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Editorial: Publishing Under a Quarantine

The Linley Group Delivers While You Shelter in Place

April 20, 2020

By Linley Gwennap

Many technology companies are struggling to develop new products during the unprecedented lockdowns across the US and many other countries. Fortunately, The Linley Group is thriving under these difficult circumstances. Our team continues to deliver high-quality articles to our subscribers every week on our virtual platform. We also converted our Spring Processor Conference to run virtually, offering the same great technical presentations to viewers around the world.

With most of my team scattered around the San Francisco Bay Area and two people in the Seattle area, we were at ground zero for the initial wave of coronavirus restrictions. But we operate as a mostly virtual team in normal times, so working at home hasn’t hindered our output. The vendors we frequently communicate with have moved to online briefings, so we continue to get the information and interaction we need to develop our technical and insightful coverage of the newest products. For example, our article on Intel’s Snow Ridge contains exclusive information based on (virtual) interviews with the processor’s general manager and its architect (see MPR 3/30/20, “Intel Snow Ridge Gains 5G Wins”).

My team had been planning our Spring Conference for months, but when the Santa Clara Health Department banned all gatherings of more than 100 people, we had only three weeks to figure out how to convert it to a virtual event. I greatly appreciate the confidence of our sponsors, most of whom continued to support the conference during this conversion. Although events such as GTC couldn’t deliver any live virtual content, we livestreamed every presentation to hundreds of viewers and added audience Q&As as well as breakout sessions where attendees could interact further with the speakers.

To do so, we quickly created a new format and schedule, updated our registration procedure, documented new processes, and reviewed them individually with more than 20 speakers. Despite numerous dry runs, the event still had a few glitches, but we managed to deliver a great conference that our customers rated as highly as our traditional events. We even attracted a new audience beyond our usual crowd, attracting more than 1,200 registrations, twice as many as ever before. Whereas our hotel-based events draw about 80% of registrants from the Bay Area, most of the new registrants came from other parts of the US—and beyond. In fact, the virtual conference drew 350 international registrants from 38 countries.

For those who couldn’t attend live, we offer video replay of all presentations and Q&As. These presentations include new-product announcements from Ceva, Synopsys, and Tenstorrent (see MPR 4/13/20, “Tenstorrent Scales AI Performance”; MPR 4/13/20, “Synopsys Launches 64-Bit ARC”; and MPR 4/20/20, “Ceva SensPro Fuses AI and Vector DSP”). In addition, companies such as Cerebras Systems and Sima.ai disclosed new details about their product designs. Thanks to our generous sponsors, you can view all of these presentations at no cost; just access our website for details.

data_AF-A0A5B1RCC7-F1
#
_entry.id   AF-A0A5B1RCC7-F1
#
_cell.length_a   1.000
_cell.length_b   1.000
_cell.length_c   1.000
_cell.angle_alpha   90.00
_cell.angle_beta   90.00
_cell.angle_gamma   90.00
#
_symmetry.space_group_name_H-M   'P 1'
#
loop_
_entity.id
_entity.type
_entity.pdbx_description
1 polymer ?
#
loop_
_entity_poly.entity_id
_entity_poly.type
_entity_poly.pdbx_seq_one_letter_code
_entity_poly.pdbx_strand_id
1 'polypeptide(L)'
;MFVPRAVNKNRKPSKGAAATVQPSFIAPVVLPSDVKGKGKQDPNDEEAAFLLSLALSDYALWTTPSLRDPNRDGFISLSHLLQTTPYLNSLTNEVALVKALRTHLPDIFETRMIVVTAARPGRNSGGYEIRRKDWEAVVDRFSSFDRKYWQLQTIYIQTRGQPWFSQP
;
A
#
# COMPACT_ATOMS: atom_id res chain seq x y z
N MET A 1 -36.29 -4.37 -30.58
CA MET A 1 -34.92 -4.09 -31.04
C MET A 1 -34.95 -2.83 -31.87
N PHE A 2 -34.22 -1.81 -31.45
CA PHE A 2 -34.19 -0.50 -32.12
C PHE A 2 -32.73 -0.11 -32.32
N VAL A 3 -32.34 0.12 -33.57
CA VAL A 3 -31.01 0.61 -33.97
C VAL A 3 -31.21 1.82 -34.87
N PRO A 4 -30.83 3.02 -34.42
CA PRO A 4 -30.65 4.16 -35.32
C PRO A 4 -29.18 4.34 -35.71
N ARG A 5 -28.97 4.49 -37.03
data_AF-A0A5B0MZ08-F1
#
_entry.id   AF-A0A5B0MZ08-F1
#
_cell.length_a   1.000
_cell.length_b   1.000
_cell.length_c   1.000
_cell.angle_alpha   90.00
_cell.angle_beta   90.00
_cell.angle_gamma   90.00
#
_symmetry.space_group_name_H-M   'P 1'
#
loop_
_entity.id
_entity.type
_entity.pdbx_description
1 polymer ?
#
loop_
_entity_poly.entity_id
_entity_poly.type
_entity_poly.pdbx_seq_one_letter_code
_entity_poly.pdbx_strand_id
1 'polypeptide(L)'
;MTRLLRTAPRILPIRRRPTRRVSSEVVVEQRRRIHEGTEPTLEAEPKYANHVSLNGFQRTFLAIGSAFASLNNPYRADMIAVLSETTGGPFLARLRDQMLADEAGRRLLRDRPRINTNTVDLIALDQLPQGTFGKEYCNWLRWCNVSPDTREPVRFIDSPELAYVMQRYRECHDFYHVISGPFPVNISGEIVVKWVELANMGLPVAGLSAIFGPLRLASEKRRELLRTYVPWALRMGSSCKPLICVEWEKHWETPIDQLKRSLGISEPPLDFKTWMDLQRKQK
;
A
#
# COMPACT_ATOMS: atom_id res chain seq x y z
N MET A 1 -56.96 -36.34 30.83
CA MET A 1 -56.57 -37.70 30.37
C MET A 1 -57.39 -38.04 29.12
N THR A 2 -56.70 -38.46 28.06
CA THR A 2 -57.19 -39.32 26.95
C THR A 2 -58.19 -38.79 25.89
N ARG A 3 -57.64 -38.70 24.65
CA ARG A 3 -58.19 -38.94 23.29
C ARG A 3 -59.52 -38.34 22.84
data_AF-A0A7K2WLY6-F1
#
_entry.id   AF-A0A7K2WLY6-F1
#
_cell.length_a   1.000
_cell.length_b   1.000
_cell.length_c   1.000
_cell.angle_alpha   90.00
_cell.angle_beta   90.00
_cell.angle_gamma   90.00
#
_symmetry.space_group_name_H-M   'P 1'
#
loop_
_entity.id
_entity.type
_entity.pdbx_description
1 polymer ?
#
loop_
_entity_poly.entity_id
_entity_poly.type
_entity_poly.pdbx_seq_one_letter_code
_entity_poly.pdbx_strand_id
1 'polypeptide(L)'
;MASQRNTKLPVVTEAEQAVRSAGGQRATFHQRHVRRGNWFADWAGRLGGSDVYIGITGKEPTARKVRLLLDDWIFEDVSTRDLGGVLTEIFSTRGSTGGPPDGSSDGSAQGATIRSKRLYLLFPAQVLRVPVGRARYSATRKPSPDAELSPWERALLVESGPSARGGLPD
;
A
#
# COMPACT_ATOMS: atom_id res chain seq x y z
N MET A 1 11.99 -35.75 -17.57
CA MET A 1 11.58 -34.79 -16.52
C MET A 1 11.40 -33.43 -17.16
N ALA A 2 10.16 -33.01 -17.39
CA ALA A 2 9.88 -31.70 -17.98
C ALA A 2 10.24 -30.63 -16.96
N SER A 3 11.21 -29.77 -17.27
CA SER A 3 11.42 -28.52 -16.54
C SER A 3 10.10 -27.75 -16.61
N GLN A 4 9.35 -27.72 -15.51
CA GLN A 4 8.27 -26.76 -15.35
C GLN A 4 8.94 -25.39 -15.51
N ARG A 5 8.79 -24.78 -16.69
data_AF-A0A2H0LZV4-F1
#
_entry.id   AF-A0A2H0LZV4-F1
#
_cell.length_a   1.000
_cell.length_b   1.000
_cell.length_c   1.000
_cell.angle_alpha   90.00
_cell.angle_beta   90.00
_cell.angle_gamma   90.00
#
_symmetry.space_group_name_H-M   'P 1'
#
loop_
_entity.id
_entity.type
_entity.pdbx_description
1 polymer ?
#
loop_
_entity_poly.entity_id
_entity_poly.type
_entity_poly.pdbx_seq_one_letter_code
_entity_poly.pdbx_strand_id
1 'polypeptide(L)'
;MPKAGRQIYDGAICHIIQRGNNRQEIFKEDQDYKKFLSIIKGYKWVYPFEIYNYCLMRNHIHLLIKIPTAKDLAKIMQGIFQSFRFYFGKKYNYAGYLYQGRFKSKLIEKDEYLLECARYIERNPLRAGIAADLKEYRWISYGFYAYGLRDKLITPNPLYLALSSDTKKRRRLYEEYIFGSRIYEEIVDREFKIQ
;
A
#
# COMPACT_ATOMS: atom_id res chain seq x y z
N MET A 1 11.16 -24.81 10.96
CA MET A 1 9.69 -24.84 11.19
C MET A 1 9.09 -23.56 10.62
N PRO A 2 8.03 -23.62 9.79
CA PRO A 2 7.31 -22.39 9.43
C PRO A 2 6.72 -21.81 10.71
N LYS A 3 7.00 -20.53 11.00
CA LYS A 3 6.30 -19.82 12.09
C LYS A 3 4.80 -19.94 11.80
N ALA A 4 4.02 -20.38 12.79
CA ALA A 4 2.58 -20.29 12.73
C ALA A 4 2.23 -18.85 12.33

Things are more difficult for chip vendors. Engineers working at home can continue their design work using VPNs to access and update the design database, but I expect some productivity loss when online meetings can’t replace a quick huddle to solve a problem. The bigger challenge is bringing up a new chip, which typically requires a team of engineers working in a lab, probing and instrumenting the hardware. But modern designs are more thoroughly simulated and often feature on-chip thermal monitors and debug circuitry, enabling more work to be done remotely. Where engineers are no longer allowed in the building, some companies have rigged up test systems that can be remotely accessed to update software, run programs, and even mechanically control power and reset switches.

Despite this creativity, some testing can’t be done remotely, and other tests will take longer than normal. Several high-tech CEOs have publicly stated they see no schedule impact from the coronavirus restrictions, but I wonder whether this situation affected Intel’s recent decision not to qualify its Cooper Lake design for mainstream servers; restricting it to HPC simplifies the product testing. Similar qualification difficulties could have contributed to Nvidia’s delay in announcing its next-generation Ampere GPUs. These physical products are challenging to deliver, but our articles continue to ship on schedule.

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